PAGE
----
Dr. Liu has high expectations for the TFs. “I expect every TF can accomplish their objectives and goals, as set,” he said. “And their outcomes and achievements can improve our knowledge, produce solutions, and assist in better informed decision making and science based policy and governance in forest management.

“Secondly, I hope the inter-divisional and cross-disciplinary cooperative and synergistic actions derived from the TFs can contribute to IUFRO’s strategic goals through both their work outcomes and their experience in mobilizing cooperation.

“And finally, because the TFs involve various stakeholders from different circles, both inside and outside IUFRO, I hope they will deepen understanding about the expectations of different stakeholders toward IUFRO and better serve the science-policy interface,” Dr. Liu said.

Not all forests are alike. Nor are cultures and perspectives. So Dr. Liu is enthusiastic about the diversity in the makeup of the TFs.

Of the eight TFs that have complete membership, there are 282 members from more than 52 countries in Europe, Asia, Africa, Latin America, Oceania and North America representing universities, research institutes, international organizations, government departments, intergovernmental organizations, foundations, charities, forest societies and enterprises.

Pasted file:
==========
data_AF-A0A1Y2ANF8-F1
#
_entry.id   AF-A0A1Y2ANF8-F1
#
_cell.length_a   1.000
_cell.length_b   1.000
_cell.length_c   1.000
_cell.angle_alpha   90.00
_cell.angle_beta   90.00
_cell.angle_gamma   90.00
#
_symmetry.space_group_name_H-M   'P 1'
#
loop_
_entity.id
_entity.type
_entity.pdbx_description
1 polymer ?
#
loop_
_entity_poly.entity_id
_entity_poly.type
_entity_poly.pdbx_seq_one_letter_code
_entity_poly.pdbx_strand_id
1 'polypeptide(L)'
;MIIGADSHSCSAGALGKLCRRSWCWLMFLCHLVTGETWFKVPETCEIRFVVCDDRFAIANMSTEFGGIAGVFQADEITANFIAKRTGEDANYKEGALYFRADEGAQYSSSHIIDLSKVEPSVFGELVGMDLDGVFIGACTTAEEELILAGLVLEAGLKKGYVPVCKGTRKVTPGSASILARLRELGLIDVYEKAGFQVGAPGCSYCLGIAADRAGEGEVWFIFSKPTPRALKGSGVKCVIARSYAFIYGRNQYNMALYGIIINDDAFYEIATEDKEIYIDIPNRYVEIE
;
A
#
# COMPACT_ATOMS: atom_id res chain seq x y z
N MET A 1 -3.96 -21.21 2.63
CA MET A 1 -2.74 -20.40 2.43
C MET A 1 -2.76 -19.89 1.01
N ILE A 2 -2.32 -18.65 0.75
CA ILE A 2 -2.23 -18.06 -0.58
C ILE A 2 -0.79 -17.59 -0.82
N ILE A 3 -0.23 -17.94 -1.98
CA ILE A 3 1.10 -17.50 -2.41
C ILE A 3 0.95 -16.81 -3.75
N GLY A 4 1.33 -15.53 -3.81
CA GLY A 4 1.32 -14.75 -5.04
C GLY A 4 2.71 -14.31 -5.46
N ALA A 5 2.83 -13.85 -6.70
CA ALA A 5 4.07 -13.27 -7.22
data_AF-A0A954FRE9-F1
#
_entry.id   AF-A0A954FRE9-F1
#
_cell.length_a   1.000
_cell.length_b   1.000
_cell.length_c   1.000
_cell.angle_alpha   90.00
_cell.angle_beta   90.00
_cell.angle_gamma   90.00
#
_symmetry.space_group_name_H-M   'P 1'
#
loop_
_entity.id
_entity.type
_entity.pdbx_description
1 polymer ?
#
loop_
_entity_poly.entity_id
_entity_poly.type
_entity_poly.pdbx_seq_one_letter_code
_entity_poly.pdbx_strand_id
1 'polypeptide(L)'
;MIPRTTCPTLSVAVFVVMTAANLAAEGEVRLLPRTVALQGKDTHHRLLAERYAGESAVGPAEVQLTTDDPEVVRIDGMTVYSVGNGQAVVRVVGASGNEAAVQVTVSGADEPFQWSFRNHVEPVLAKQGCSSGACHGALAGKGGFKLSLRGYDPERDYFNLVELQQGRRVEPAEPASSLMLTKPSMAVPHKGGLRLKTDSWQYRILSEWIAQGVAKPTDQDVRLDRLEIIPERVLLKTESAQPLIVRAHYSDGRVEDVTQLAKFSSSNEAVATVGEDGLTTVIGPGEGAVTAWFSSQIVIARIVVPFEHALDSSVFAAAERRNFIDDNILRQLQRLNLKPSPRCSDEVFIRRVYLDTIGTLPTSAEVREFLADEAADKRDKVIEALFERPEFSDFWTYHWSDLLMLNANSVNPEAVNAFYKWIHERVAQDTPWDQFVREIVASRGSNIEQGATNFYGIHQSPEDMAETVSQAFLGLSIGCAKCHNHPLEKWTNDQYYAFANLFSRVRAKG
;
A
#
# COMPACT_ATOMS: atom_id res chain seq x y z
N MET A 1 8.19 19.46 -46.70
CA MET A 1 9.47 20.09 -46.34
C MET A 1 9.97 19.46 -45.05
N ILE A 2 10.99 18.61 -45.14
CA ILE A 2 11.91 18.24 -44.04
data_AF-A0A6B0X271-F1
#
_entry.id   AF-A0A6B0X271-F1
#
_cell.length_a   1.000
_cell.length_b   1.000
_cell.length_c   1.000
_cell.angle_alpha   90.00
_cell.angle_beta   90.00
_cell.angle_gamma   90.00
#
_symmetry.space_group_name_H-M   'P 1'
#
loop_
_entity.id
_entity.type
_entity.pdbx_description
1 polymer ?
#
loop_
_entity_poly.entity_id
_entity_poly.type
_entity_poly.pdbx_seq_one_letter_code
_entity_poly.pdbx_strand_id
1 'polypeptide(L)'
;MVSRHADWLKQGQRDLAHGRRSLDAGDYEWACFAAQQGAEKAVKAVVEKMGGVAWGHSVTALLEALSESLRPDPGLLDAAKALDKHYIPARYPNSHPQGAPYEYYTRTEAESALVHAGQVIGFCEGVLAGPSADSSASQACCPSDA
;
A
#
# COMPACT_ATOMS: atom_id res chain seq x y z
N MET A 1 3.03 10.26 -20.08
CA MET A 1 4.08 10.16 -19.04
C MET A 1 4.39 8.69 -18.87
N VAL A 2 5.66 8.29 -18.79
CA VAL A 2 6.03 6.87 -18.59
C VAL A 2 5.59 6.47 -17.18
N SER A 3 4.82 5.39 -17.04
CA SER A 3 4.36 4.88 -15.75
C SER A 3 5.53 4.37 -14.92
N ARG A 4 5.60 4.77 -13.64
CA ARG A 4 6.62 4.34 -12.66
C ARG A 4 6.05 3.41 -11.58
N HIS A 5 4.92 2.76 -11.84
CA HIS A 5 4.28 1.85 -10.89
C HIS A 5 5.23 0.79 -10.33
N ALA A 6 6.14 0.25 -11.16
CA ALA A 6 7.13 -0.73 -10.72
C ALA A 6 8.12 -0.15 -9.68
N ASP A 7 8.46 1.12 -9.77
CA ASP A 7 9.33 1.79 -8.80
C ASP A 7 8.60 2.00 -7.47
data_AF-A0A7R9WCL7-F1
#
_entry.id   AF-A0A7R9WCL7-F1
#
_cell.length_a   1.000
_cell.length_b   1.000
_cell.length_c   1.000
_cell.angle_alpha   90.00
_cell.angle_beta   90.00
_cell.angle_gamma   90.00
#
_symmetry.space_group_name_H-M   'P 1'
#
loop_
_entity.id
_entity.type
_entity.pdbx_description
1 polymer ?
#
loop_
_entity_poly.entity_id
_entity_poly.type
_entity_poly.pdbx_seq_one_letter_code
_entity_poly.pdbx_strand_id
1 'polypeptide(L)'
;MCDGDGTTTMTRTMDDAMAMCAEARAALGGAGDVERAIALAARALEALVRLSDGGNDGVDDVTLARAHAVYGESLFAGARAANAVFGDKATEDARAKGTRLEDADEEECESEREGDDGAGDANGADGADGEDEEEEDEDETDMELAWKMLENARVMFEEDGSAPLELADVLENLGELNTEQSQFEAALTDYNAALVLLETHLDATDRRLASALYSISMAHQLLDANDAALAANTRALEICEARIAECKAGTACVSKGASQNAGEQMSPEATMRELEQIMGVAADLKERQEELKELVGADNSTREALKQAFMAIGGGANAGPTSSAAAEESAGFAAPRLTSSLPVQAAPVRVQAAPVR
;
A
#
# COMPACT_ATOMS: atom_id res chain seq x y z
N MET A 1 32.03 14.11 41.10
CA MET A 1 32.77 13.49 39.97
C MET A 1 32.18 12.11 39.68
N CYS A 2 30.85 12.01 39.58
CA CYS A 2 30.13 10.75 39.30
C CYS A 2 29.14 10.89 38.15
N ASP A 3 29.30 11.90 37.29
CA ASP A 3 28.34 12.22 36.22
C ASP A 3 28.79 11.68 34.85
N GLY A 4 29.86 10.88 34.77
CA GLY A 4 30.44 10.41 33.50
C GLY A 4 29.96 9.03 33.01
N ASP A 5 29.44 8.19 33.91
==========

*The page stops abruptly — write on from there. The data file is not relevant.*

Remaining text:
From a gender perspective, for the nine TFs there are six women among the 19 deputy coordinators. And the joint IUFRO-IFSA Task Force on Forest Education is co-coordinated by a woman and a man.

Dr. Parrotta noted that during his 2014-2019 term as Vice-President in charge of TFs “we saw a much higher and consistent level of activity among our TFs.

“I think this is due to two factors. First, TFs are initiated by officeholders from within Divisions who are highly incentivized to expand the work of their units (Research Groups or Working Parties) to include a broader range of disciplinary expertise on their selected TF topics. We also instituted a more thorough and demanding process for TF proposals that involved two rounds of review by Board members; this ensured compliance with a number of criteria related to broad inclusion (in TF teams), clarity and feasibility of workplans, and availability of resources for accomplishment of TF objectives.

“Most of the Task Forces established during the 2014-2019 term greatly exceeded expectations in terms of their productivity, impact, contributions to major international scientific meetings, and establishment of durable working relations with new partners within and outside of the scientific community,” Dr. Parrotta said.

Dr. Liu complimented Dr. Parrotta for laying “a solid evolving basis for managing the task forces” and said in his own TF overseer role he will “try my best to make full use of the valuable assets accomplished by my predecessors to motivate, coordinate and encourage the alignment of work from all IUFRO Task Forces.”

IUFRO Task Forces advance inter‐disciplinary cooperation in forest research fields. Their focus is on emerging key issues that are of great interest to policy makers and groups inside and outside the forest sector, and contribute to international processes and activities: https://www.iufro.org/science/task-forces/